An air taxi is a small commercial aircraft which makes short flights on demand. In 2001 air taxi operations were promoted in the United States by a NASA and aerospace industry study on the potential Small Aircraft Transportation System and the rise of light-jet aircraft manufacturing. In Canada, air taxi operations are regulated by Transport Canada under Canadian Aviation Regulation 703; the Canadian definition of air taxi includes all commercial single engined aircraft, multi-engined helicopters flown by day visual flight rules by one pilot and all multi-engined, non-turbo-jet aircraft, with a maximum take-off weight 8,618 kg or less and nine or fewer passenger seats, that are used to transport people or goods or for sightseeing. In the US, air taxi and air charter operations are governed by Part 135 of the Federal Aviation Regulations, unlike the larger scheduled air carriers which are governed by more stringent standards of FAR Part 121. Air Taxi Association Commercial aviation General aviation Very light jet NCFlyPorts Passenger drone Fractional Jets ImagineAir Propair Skymax Airstream Jets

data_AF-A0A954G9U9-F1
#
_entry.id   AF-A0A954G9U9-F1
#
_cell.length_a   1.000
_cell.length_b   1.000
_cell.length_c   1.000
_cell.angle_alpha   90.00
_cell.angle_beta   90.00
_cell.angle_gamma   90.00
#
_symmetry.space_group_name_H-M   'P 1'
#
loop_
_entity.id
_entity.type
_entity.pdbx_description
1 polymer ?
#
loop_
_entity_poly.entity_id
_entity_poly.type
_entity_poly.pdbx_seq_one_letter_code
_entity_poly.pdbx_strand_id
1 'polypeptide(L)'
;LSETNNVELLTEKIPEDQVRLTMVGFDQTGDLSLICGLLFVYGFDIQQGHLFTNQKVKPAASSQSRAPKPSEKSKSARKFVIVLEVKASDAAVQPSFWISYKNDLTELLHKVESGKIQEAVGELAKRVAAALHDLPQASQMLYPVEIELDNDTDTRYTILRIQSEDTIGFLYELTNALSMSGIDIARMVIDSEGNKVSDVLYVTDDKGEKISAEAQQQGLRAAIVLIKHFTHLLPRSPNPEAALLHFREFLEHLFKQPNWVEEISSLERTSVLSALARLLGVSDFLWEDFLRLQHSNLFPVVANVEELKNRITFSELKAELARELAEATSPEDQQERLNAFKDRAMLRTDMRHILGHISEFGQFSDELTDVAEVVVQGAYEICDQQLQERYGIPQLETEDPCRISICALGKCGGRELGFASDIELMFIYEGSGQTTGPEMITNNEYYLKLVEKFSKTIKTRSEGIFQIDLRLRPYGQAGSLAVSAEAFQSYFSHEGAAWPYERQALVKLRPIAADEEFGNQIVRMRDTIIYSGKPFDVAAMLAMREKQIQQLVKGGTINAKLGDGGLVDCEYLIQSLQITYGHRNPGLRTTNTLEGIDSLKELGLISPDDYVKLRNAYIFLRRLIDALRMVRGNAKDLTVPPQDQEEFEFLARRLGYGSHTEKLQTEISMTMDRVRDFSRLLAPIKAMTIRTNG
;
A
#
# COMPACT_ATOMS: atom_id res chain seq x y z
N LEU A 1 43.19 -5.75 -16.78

A helicopter is a type of rotorcraft in which lift and thrust are supplied by rotors. This allows the helicopter to take off and land vertically, to hover, to fly forward and laterally; these attributes allow helicopters to be used in congested or isolated areas where fixed-wing aircraft and many forms of VTOL aircraft cannot perform. The English word helicopter is adapted from the French word hélicoptère, coined by Gustave Ponton d'Amécourt in 1861, which originates from the Greek helix "helix, whirl, convolution" and pteron "wing". English language nicknames for helicopter include "chopper", "copter", "helo", "heli", "whirlybird". Helicopters were developed and built during the first half-century of flight, with the Focke-Wulf Fw 61 being the first operational helicopter in 1936; some helicopters reached limited production, but it was not until 1942 that a helicopter designed by Igor Sikorsky reached full-scale production, with 131 aircraft built. Though most earlier designs used more than one main rotor, it is the single main rotor with anti-torque tail rotor configuration that has become the most common helicopter configuration.